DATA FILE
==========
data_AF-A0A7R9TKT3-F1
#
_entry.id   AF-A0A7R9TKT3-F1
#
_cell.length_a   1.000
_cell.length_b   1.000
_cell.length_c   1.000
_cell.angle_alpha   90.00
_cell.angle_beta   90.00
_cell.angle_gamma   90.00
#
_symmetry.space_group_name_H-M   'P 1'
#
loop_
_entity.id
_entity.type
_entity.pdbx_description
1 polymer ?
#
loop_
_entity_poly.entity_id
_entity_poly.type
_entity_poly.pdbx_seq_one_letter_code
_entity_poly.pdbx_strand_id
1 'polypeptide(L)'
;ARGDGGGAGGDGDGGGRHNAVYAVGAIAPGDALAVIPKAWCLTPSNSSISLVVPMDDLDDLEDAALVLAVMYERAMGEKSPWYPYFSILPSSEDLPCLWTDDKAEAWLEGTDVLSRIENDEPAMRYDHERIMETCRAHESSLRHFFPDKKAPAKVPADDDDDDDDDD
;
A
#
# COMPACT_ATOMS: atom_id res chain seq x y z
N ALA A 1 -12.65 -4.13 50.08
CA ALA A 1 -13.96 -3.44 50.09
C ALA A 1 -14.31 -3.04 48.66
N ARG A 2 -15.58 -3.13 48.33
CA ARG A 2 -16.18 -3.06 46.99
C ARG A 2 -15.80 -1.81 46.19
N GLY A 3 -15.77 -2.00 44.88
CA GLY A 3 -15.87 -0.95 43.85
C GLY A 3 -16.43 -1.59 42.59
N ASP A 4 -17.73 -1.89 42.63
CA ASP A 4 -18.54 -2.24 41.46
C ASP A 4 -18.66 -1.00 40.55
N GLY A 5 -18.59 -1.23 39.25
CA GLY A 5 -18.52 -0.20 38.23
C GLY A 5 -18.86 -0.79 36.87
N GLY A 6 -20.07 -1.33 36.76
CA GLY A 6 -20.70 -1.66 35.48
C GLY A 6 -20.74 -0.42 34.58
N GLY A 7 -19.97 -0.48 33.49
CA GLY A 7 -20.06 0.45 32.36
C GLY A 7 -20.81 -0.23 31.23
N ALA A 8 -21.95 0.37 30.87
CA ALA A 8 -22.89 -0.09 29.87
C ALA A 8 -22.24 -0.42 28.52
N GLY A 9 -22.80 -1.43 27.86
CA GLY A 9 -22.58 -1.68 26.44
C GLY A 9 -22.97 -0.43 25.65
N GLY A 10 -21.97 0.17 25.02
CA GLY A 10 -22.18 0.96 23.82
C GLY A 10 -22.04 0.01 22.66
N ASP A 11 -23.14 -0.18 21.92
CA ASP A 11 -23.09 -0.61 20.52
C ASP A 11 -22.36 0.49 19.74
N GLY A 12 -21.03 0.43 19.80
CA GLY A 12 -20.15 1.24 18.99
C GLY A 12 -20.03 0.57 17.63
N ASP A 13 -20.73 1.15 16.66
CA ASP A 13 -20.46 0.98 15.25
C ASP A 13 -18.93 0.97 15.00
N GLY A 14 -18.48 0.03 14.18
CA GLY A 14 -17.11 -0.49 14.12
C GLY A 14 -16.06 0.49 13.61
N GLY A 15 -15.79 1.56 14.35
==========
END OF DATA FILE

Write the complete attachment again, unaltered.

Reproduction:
data_AF-A0A7R9TKT3-F1
#
_entry.id   AF-A0A7R9TKT3-F1
#
_cell.length_a   1.000
_cell.length_b   1.000
_cell.length_c   1.000
_cell.angle_alpha   90.00
_cell.angle_beta   90.00
_cell.angle_gamma   90.00
#
_symmetry.space_group_name_H-M   'P 1'
#
loop_
_entity.id
_entity.type
_entity.pdbx_description
1 polymer ?
#
loop_
_entity_poly.entity_id
_entity_poly.type
_entity_poly.pdbx_seq_one_letter_code
_entity_poly.pdbx_strand_id
1 'polypeptide(L)'
;ARGDGGGAGGDGDGGGRHNAVYAVGAIAPGDALAVIPKAWCLTPSNSSISLVVPMDDLDDLEDAALVLAVMYERAMGEKSPWYPYFSILPSSEDLPCLWTDDKAEAWLEGTDVLSRIENDEPAMRYDHERIMETCRAHESSLRHFFPDKKAPAKVPADDDDDDDDDD
;
A
#
# COMPACT_ATOMS: atom_id res chain seq x y z
N ALA A 1 -12.65 -4.13 50.08
CA ALA A 1 -13.96 -3.44 50.09
C ALA A 1 -14.31 -3.04 48.66
N ARG A 2 -15.58 -3.13 48.33
CA ARG A 2 -16.18 -3.06 46.99
C ARG A 2 -15.80 -1.81 46.19
N GLY A 3 -15.77 -2.00 44.88
CA GLY A 3 -15.87 -0.95 43.85
C GLY A 3 -16.43 -1.59 42.59
N ASP A 4 -17.73 -1.89 42.63
CA ASP A 4 -18.54 -2.24 41.46
C ASP A 4 -18.66 -1.00 40.55
N GLY A 5 -18.59 -1.23 39.25
CA GLY A 5 -18.52 -0.20 38.23
C GLY A 5 -18.86 -0.79 36.87
N GLY A 6 -20.07 -1.33 36.76
CA GLY A 6 -20.70 -1.66 35.48
C GLY A 6 -20.74 -0.42 34.58
N GLY A 7 -19.97 -0.48 33.49
CA GLY A 7 -20.06 0.45 32.36
C GLY A 7 -20.81 -0.23 31.23
N ALA A 8 -21.95 0.37 30.87
CA ALA A 8 -22.89 -0.09 29.87
C ALA A 8 -22.24 -0.42 28.52
N GLY A 9 -22.80 -1.43 27.86
CA GLY A 9 -22.58 -1.68 26.44
C GLY A 9 -22.97 -0.43 25.65
N GLY A 10 -21.97 0.17 25.02
CA GLY A 10 -22.18 0.96 23.82
C GLY A 10 -22.04 0.01 22.66
N ASP A 11 -23.14 -0.18 21.92
CA ASP A 11 -23.09 -0.61 20.52
C ASP A 11 -22.36 0.49 19.74
N GLY A 12 -21.03 0.43 19.80
CA GLY A 12 -20.15 1.24 18.99
C GLY A 12 -20.03 0.57 17.63
N ASP A 13 -20.73 1.15 16.66
CA ASP A 13 -20.46 0.98 15.25
C ASP A 13 -18.93 0.97 15.00
N GLY A 14 -18.48 0.03 14.18
CA GLY A 14 -17.11 -0.49 14.12
C GLY A 14 -16.06 0.49 13.61
N GLY A 15 -15.79 1.56 14.35